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Publication numberUS20090159684 A1
Publication typeApplication
Application numberUS 12/004,682
Publication dateJun 25, 2009
Filing dateDec 21, 2007
Priority dateDec 21, 2007
Also published asUS8308069
Publication number004682, 12004682, US 2009/0159684 A1, US 2009/159684 A1, US 20090159684 A1, US 20090159684A1, US 2009159684 A1, US 2009159684A1, US-A1-20090159684, US-A1-2009159684, US2009/0159684A1, US2009/159684A1, US20090159684 A1, US20090159684A1, US2009159684 A1, US2009159684A1
InventorsCharles P. Barber, Robert M. Hussey
Original AssigneeBarber Charles P, Hussey Robert M
Export CitationBiBTeX, EndNote, RefMan
External Links: USPTO, USPTO Assignment, Espacenet
User configurable search methods for an area imaging indicia reader
US 20090159684 A1
Abstract
A method of operating an optical reading device for collecting and processing indicia data comprising the steps of: converting light with an image sensor into output signals representative of an image in a field of view (FOV) of the image sensor; user programming a processor to search the output signals according to a search strategy; searching the output signals for an information bearing indicia (IBI) within the FOV according to the user programmed search strategy; and, decoding information contained in the IBI.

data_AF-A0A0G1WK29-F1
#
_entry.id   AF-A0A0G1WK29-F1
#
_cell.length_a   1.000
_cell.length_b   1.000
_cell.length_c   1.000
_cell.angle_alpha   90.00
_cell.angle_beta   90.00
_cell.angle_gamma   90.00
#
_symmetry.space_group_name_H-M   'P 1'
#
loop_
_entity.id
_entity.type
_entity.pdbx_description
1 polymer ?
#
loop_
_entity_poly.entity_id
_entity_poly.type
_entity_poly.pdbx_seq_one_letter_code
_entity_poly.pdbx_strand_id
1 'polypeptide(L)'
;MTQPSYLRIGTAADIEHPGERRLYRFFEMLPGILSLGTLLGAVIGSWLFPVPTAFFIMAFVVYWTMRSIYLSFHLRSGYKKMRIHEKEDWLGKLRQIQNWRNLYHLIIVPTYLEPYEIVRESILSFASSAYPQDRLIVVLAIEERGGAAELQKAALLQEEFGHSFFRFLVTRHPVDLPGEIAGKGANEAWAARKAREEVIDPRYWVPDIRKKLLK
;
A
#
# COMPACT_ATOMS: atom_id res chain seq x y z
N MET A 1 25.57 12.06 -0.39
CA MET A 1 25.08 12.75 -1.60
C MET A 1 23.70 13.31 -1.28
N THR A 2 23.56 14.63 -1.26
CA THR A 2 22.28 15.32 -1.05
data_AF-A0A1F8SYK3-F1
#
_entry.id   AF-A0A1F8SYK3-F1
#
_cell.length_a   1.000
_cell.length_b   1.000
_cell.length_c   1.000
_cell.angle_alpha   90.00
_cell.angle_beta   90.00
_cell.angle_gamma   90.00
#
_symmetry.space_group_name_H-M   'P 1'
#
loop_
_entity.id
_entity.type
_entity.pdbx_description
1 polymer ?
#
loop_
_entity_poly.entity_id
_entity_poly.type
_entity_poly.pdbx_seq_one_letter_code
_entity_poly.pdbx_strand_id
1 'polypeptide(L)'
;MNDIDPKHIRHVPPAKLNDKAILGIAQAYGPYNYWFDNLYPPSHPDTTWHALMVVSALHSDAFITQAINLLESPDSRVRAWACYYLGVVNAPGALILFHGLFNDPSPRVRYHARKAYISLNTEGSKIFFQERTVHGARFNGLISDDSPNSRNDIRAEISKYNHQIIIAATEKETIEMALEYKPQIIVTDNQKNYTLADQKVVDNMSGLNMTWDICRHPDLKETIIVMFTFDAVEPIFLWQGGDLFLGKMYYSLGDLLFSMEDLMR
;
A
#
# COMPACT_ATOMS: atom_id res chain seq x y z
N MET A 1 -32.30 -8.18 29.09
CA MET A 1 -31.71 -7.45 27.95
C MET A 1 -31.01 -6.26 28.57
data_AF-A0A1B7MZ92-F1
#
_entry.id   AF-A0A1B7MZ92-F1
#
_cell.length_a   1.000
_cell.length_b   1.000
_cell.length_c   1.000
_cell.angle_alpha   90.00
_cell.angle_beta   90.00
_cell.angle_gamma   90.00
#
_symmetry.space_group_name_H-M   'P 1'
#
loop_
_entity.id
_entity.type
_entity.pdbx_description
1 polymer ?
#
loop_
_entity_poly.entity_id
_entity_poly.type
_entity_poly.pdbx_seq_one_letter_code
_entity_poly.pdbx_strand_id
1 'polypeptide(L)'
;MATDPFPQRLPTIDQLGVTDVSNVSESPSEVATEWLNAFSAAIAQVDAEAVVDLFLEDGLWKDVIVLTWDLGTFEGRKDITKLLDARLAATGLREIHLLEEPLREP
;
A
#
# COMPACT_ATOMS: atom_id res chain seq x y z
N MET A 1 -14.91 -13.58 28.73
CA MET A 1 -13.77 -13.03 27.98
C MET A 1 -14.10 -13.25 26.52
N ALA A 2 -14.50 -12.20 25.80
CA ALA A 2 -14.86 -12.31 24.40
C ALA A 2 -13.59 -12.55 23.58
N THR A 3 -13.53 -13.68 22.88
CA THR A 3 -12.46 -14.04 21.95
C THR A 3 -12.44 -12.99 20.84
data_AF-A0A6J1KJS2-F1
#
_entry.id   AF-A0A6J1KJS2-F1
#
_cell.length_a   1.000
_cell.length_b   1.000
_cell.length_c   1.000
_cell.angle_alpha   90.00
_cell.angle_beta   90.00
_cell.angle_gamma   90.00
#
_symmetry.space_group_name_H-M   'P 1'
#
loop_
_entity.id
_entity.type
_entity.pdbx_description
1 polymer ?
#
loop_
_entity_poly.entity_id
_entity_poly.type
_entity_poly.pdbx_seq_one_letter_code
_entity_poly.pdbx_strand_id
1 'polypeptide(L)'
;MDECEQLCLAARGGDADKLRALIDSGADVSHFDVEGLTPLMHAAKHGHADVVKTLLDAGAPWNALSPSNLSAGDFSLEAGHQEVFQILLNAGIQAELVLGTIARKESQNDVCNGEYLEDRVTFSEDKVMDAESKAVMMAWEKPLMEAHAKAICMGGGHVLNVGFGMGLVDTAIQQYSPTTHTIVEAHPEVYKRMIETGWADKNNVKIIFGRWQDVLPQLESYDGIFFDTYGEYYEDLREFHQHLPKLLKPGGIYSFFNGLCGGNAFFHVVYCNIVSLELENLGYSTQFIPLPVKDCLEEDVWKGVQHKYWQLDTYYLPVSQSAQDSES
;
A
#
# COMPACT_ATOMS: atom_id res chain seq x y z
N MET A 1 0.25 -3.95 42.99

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Claims(26)
1. A method of operating an optical reading device for collecting and processing indicia data comprising the steps of:
converting light with an image sensor into output signals representative of an image in a field of view (FOV) of the image sensor;
user programming a processor to search the output signals according to a search strategy;
searching the output signals for an information bearing indicia (IBI) within the FOV according to the user programmed search strategy; and,
decoding information contained in the IBI.
2. A method of operating an optical reading device according to claim 1, wherein the search strategy comprises locating one or more IBIs within the FOV according to one or more user programmed search strategy.
3. A method of operating an optical reading device according to claim 1, wherein the search strategy comprises locating a second IBI according to the IBI position relative to a first IBI.